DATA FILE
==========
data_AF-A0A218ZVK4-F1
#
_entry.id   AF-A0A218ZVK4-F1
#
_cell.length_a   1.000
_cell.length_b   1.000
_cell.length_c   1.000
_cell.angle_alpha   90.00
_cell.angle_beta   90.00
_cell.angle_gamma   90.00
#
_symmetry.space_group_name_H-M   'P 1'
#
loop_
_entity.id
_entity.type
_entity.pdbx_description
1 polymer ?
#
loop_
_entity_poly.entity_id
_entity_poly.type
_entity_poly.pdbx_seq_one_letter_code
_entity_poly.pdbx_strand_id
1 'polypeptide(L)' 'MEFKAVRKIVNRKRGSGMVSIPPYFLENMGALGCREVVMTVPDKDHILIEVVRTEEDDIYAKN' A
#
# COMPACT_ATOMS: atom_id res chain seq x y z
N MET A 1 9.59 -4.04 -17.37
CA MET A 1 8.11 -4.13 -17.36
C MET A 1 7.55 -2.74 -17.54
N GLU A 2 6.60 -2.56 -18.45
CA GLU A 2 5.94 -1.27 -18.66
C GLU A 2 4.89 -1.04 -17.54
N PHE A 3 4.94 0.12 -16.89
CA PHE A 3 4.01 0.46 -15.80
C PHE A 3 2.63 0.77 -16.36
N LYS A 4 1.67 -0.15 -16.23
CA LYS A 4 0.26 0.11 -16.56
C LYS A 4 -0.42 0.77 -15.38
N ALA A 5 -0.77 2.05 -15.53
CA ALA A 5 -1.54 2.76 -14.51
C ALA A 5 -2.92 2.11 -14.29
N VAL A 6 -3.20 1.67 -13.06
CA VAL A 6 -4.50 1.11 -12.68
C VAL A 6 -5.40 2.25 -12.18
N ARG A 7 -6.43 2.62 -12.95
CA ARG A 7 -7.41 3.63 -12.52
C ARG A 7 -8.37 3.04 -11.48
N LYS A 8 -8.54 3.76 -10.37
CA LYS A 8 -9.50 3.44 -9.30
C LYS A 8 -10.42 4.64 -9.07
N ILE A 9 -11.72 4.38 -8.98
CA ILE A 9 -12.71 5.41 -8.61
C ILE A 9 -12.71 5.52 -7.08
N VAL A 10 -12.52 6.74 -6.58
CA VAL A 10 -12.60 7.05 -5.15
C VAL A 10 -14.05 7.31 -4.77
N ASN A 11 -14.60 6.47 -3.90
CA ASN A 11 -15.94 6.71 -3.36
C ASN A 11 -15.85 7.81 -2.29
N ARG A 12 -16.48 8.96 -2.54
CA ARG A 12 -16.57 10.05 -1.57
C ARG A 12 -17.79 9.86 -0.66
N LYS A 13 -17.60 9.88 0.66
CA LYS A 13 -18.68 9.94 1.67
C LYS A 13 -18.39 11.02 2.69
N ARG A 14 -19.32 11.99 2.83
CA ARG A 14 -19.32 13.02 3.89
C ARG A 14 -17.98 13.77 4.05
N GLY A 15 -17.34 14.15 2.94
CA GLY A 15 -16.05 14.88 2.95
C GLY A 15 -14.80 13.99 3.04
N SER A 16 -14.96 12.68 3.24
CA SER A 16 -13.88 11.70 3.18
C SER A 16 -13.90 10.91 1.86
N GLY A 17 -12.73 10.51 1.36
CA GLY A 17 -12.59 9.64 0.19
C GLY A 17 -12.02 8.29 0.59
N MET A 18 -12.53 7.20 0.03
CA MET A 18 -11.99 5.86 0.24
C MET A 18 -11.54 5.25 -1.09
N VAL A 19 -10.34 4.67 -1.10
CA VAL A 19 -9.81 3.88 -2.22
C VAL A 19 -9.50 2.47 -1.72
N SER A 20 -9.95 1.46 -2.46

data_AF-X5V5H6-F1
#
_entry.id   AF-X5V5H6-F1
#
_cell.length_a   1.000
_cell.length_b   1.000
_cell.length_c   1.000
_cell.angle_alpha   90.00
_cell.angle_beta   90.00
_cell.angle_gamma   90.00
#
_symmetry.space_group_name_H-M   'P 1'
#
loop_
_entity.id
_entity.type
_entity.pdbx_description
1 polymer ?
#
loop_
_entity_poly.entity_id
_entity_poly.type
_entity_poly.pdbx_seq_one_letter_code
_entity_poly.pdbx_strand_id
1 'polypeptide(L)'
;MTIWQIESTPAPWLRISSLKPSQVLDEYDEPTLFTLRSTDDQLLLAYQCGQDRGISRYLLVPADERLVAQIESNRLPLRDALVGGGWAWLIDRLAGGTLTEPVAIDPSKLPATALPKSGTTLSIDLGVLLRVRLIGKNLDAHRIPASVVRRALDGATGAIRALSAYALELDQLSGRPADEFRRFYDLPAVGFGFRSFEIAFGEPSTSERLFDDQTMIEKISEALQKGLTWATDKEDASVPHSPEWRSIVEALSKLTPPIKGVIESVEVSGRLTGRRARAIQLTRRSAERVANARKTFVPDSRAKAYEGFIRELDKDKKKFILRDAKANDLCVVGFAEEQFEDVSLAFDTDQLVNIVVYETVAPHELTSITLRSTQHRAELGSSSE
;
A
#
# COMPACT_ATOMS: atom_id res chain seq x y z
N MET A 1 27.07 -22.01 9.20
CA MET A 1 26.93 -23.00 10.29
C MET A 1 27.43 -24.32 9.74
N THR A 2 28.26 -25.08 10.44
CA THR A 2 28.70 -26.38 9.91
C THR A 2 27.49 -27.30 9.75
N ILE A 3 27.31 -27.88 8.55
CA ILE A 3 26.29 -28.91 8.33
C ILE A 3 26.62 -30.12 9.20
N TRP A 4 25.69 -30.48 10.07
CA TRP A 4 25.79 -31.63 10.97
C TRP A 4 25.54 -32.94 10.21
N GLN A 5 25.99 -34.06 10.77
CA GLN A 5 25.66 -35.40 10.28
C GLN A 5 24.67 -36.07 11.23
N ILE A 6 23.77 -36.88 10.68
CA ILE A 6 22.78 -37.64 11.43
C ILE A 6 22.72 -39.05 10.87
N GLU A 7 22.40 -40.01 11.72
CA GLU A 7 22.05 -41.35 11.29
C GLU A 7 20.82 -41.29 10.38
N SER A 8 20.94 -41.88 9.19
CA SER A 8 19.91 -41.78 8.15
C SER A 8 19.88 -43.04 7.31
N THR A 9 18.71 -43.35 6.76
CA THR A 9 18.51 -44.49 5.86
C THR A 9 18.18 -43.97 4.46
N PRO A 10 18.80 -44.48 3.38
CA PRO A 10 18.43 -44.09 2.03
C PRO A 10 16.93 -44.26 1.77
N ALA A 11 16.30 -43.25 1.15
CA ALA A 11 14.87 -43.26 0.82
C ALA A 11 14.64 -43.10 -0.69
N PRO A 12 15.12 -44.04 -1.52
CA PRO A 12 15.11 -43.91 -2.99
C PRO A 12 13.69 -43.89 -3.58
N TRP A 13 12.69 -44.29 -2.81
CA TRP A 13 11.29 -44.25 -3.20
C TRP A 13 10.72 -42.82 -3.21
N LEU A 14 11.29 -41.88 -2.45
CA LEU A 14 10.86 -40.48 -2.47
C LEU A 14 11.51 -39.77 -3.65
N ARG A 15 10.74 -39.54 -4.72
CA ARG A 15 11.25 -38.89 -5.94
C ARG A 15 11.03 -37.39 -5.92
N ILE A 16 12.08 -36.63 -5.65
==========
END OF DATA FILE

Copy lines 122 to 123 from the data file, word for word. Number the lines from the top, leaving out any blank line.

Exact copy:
N ILE A 3 27.31 -27.88 8.55
CA ILE A 3 26.29 -28.91 8.33